SUMMARY – Constructed 1893
Historic Use: Residence
Present Use: Residence
Style: National Folk
National Register Status: Not Listed
The 1893 Spear House is significant for its association with Tempe’s 1887 Farmer’s Addition. It is also significant as a local variant of National Folk-style residential architecture.
Farmer’s Addition, located a quarter-mile west of the ASU campus, fronts South Farmer Avenue between University Avenue and West 13th Street. Platted in 1887, Farmer’s Addition was one of two late-nineteenth-century residential subdivisions in Tempe that corresponded with the development of Tempe Normal School.
Myron and Sylvia Spear built the house at 1015 in 1893. Myron, a Civil War veteran, worked as a baker and a drayman, and for a time had his own express business; Sylvia worked as a nurse. After her husband’s death in 1913, Sylvia Spear remained at the address until 1920, when the family sold the property to John Pine, a retired farmer. Thereafter the house became known as the “Old Spear Place.” The Old Settlers sometimes held there annual picnic on the front lawn.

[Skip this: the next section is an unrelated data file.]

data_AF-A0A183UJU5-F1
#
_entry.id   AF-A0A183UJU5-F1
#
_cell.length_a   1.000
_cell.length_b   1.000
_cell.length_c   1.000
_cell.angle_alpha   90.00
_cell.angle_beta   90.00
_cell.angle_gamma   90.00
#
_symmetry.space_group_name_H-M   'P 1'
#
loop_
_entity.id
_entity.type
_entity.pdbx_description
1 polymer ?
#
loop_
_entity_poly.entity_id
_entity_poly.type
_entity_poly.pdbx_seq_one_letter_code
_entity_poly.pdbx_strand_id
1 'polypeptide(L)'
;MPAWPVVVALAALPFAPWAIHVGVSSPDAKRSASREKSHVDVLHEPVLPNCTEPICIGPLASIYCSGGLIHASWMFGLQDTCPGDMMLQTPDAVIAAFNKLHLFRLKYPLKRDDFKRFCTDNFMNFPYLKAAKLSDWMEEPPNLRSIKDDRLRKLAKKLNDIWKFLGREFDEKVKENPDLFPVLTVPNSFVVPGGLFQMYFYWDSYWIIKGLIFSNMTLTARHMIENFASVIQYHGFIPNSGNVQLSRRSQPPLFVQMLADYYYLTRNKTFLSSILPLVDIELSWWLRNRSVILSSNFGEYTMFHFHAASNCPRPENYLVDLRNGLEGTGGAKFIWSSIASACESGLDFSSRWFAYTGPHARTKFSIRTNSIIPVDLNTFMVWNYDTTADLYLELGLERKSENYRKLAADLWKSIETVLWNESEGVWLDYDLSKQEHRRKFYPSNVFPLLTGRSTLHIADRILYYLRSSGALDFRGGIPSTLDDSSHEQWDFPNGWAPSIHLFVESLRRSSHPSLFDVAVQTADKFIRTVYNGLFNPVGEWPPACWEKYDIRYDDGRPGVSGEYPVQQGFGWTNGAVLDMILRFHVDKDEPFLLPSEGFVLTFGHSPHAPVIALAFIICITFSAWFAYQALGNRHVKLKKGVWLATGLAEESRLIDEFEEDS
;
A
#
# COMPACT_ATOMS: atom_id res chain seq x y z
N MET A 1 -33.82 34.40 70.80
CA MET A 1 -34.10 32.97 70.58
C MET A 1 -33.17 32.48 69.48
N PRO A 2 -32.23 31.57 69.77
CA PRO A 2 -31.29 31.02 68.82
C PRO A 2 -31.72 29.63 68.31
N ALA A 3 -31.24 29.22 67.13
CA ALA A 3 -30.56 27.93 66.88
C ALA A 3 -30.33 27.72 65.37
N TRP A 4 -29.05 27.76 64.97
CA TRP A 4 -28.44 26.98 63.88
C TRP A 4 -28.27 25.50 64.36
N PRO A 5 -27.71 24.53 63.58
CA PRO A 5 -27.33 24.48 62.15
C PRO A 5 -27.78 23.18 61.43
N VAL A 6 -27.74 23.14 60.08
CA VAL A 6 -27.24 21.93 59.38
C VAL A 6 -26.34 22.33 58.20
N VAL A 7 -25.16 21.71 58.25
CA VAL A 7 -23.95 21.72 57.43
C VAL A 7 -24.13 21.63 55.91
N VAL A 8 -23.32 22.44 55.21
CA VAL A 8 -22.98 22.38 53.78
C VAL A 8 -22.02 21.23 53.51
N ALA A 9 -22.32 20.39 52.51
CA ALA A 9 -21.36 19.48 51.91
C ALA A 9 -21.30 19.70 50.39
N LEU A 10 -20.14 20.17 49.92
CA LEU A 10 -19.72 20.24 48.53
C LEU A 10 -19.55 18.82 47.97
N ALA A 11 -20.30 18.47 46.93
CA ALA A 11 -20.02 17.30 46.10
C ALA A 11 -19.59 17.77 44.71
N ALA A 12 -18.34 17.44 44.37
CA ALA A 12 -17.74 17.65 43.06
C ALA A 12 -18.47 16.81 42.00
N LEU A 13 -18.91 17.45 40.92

The Spear House is a one-story wood frame National Folk-style house. Rectangular in plan, the house sits on a crawlspace foundation with clapboard walls topped by a medium-pitched, front-gabled roof with open eaves, gable vent, and wood gable siding. A front porch addition is enclosed with wood siding, obscuring the house’s original single-leaf entryway. Windows are wood, double hung with aluminum sliders on the enclosed front porch addition.